Definitions

from The American Heritage® Dictionary of the English Language, 5th Edition.

  • noun A set of written, printed, or blank pages fastened along one side and encased between protective covers.
  • noun An e-book or other electronic resource structured like a book.
  • noun A printed or written literary work.
  • noun A main division of a larger printed or written work.
  • noun A volume in which financial or business transactions are recorded.
  • noun Financial or business records considered as a group.
  • noun A libretto.
  • noun The script of a play.
  • noun The Bible.
  • noun The Koran.
  • noun A set of prescribed standards or rules on which decisions are based.
  • noun Something regarded as a source of knowledge or understanding.
  • noun The total amount of experience, knowledge, understanding, and skill that can be used in solving a problem or performing a task.
  • noun Informal Factual information, especially of a private nature.
  • noun A pack of like or similar items bound together.
  • noun A record of bets placed on a race.
  • noun Games The number of card tricks needed before any tricks can have scoring value, as the first six tricks taken by the declaring side in bridge.
  • intransitive verb To arrange for or purchase (tickets or lodgings, for example) in advance; reserve.
  • intransitive verb To arrange a reservation, as for a hotel room, for (someone).
  • intransitive verb To hire or engage.
  • intransitive verb To list or register in a book.
  • intransitive verb To list or record appointments or engagements in.
  • intransitive verb To record information about (a suspected offender) after arrest in preparation for arraignment, usually including a criminal history search, fingerprinting, and photographing.
  • intransitive verb Sports To record the flagrant fouls of (a player) for possible disciplinary action, as in soccer.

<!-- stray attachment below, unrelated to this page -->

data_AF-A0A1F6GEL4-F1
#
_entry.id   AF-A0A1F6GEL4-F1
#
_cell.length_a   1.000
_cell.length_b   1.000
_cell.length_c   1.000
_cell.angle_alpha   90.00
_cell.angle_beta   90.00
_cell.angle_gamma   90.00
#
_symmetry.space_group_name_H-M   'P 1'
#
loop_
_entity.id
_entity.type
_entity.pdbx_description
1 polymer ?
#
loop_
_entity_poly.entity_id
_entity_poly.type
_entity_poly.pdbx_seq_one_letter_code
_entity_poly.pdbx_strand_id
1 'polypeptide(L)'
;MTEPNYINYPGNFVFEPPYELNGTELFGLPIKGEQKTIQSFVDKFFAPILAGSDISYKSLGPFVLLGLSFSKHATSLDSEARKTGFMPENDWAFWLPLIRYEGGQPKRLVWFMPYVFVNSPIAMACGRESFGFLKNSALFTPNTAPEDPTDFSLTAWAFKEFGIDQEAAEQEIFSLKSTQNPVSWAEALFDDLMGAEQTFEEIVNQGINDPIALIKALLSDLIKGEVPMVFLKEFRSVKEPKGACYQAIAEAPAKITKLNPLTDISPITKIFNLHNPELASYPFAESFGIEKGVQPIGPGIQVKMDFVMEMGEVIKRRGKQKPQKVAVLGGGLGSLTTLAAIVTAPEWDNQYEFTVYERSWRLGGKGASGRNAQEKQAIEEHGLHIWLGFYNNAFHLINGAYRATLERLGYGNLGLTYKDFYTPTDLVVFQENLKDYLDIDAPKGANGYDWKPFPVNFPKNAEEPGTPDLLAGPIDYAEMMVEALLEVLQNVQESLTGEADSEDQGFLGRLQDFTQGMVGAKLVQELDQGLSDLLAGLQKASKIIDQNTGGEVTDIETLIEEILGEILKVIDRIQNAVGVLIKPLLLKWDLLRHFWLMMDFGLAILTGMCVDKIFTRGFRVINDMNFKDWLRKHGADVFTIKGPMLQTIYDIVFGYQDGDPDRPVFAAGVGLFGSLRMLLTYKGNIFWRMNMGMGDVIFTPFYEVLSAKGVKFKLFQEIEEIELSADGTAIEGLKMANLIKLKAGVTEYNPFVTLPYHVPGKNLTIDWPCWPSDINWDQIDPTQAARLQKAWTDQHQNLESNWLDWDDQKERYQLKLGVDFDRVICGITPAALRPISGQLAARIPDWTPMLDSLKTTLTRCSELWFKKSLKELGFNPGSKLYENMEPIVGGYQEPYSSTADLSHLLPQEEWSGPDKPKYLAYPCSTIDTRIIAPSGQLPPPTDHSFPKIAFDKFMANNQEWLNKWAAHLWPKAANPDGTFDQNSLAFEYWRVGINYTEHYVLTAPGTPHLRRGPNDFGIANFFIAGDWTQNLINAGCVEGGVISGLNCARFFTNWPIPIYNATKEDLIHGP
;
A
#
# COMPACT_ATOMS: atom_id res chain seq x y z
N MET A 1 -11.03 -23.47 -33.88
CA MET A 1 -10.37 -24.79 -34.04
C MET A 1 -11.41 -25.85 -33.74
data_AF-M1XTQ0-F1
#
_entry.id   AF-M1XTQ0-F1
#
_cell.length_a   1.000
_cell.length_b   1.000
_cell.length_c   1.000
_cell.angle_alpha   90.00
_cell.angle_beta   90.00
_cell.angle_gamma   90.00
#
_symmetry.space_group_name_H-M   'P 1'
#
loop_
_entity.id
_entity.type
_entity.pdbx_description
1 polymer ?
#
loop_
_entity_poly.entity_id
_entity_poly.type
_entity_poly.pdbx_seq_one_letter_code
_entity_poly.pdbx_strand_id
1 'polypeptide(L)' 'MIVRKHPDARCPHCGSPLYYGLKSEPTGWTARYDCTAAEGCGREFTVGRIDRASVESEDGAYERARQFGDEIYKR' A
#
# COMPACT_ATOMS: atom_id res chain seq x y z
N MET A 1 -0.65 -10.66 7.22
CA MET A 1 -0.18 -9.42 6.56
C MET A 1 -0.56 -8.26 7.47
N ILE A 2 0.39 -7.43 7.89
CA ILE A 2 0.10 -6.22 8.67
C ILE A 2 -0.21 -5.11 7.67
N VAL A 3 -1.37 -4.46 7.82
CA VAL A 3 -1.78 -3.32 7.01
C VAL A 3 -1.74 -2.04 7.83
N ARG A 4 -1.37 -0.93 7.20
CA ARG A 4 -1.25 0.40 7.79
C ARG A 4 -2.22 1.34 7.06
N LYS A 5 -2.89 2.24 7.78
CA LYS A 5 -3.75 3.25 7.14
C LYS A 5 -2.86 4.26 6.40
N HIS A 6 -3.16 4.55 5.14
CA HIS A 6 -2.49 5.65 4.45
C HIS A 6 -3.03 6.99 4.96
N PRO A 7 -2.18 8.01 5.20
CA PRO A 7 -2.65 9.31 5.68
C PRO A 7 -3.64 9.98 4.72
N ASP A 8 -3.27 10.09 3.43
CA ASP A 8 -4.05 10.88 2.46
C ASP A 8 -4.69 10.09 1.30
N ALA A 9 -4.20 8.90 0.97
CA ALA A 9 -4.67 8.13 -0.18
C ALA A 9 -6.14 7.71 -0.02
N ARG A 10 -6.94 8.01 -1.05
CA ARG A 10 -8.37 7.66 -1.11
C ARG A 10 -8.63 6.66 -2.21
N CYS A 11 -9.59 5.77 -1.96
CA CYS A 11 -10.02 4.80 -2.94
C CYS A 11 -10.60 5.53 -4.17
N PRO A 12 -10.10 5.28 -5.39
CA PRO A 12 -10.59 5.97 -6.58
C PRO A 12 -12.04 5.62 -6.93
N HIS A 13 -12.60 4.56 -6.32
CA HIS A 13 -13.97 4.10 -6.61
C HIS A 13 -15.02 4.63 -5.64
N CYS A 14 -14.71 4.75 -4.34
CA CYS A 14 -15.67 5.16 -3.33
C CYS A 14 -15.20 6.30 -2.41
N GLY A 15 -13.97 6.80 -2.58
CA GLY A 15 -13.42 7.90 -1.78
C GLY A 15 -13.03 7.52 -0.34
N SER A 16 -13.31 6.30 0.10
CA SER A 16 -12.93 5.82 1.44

• intransitive verb To designate a time for; schedule.
  • intransitive verb To be hired for or engaged in.
  • intransitive verb To make a reservation.
  • adjective Of or relating to knowledge learned from books rather than actual experience.
  • adjective Appearing in a company's financial records.
  • idiom (bring to book) To demand an explanation from; call to account.
  • idiom (in (one's) book) In one's opinion.
  • idiom (like a book) Thoroughly; completely.
  • idiom (one for the books) A noteworthy act or occurrence.
  • idiom (throw the book at) To make all possible charges against (a lawbreaker, for example).
  • idiom (throw the book at) To reprimand or punish severely.
  • intransitive verb Informal To move or travel rapidly.

from The Century Dictionary.

  • To convey by book or charter.
  • To enter, write, or register in a book; record.
  • To enter in a list; enroll; enlist for service.
  • To engage or secure beforehand by registry or payment, as a seat in a stage-coach or a box at the opera.
  • To deliver, and pay for the transmission of, as a parcel or merchandise: as, the luggage was booked through to London.
  • To reserve accommodation for; receive, and undertake to forward: as, at that office passengers (or parcels) were booked to all parts of the world.

Etymologies

from The American Heritage® Dictionary of the English Language, 4th Edition

[Middle English bok, from Old English bōc; see bhāgo- in Indo-European roots.]

from The American Heritage® Dictionary of the English Language, 4th Edition

[Perhaps shortening and alteration (influenced by book) of boogie.]

from Wiktionary, Creative Commons Attribution/Share-Alike License

From Middle English book, from Old English bōc, first and third person singular preterite of bacan ("to bake"). Cognate with Scots beuk ("baked"), German buk ("baked") and probably Albanian bukë ("bread, baked dough"). More at bake

from Wiktionary, Creative Commons Attribution/Share-Alike License